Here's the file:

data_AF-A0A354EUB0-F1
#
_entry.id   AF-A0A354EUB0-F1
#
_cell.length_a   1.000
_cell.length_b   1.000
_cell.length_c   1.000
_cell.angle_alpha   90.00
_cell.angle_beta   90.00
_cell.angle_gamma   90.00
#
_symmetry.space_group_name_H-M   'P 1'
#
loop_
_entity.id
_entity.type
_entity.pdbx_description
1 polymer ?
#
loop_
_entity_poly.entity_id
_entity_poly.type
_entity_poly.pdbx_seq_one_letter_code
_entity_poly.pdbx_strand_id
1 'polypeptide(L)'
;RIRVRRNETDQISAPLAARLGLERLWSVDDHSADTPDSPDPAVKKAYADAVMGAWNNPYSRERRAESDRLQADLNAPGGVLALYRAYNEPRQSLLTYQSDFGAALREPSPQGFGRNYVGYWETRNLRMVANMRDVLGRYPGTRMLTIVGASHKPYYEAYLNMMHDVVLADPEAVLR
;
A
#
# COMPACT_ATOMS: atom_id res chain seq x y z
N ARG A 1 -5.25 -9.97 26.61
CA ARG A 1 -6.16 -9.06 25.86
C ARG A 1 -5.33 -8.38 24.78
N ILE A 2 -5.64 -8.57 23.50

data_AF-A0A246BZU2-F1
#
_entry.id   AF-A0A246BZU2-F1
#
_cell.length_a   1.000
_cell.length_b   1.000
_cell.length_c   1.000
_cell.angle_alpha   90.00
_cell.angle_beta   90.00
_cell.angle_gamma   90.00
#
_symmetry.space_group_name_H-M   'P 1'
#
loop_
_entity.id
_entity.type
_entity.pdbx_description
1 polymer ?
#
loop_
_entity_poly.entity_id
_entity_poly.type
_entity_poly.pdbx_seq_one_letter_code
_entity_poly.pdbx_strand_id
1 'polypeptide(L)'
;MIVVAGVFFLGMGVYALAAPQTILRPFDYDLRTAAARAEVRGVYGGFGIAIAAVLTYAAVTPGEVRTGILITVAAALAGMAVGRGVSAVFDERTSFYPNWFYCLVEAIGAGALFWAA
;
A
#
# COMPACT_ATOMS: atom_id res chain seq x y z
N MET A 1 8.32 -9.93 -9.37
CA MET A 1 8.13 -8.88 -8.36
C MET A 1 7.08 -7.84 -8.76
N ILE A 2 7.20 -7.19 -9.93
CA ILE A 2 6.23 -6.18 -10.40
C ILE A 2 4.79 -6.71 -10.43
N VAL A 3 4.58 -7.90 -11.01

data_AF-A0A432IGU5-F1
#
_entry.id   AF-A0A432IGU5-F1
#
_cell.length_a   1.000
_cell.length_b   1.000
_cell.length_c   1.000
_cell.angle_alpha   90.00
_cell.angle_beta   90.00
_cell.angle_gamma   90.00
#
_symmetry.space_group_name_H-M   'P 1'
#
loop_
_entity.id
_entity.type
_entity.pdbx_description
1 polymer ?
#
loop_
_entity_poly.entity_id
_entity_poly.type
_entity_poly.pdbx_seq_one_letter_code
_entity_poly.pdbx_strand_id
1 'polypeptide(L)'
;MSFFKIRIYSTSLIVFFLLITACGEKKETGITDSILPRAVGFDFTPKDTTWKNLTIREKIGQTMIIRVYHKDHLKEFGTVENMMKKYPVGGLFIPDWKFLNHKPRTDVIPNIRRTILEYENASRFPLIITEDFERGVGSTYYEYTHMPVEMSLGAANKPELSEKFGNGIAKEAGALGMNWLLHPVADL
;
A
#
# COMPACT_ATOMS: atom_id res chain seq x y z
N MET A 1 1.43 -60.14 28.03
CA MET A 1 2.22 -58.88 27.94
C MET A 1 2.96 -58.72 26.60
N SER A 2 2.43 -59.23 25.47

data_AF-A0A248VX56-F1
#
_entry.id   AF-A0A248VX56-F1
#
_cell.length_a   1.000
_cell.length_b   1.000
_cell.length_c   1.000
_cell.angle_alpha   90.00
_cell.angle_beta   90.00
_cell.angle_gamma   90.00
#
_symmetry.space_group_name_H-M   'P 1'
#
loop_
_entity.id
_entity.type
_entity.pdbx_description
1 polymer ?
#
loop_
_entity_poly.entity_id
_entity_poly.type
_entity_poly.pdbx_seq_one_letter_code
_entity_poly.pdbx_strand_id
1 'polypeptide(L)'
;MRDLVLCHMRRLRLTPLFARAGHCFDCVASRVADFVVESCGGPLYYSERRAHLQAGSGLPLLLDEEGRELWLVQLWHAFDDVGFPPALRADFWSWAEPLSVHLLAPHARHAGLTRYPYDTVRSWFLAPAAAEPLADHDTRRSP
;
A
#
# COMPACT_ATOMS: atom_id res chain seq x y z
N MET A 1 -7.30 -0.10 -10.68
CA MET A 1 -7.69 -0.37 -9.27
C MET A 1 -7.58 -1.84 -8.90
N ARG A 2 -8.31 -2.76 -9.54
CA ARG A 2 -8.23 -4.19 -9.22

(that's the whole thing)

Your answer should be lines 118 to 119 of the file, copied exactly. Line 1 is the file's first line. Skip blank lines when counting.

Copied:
#
loop_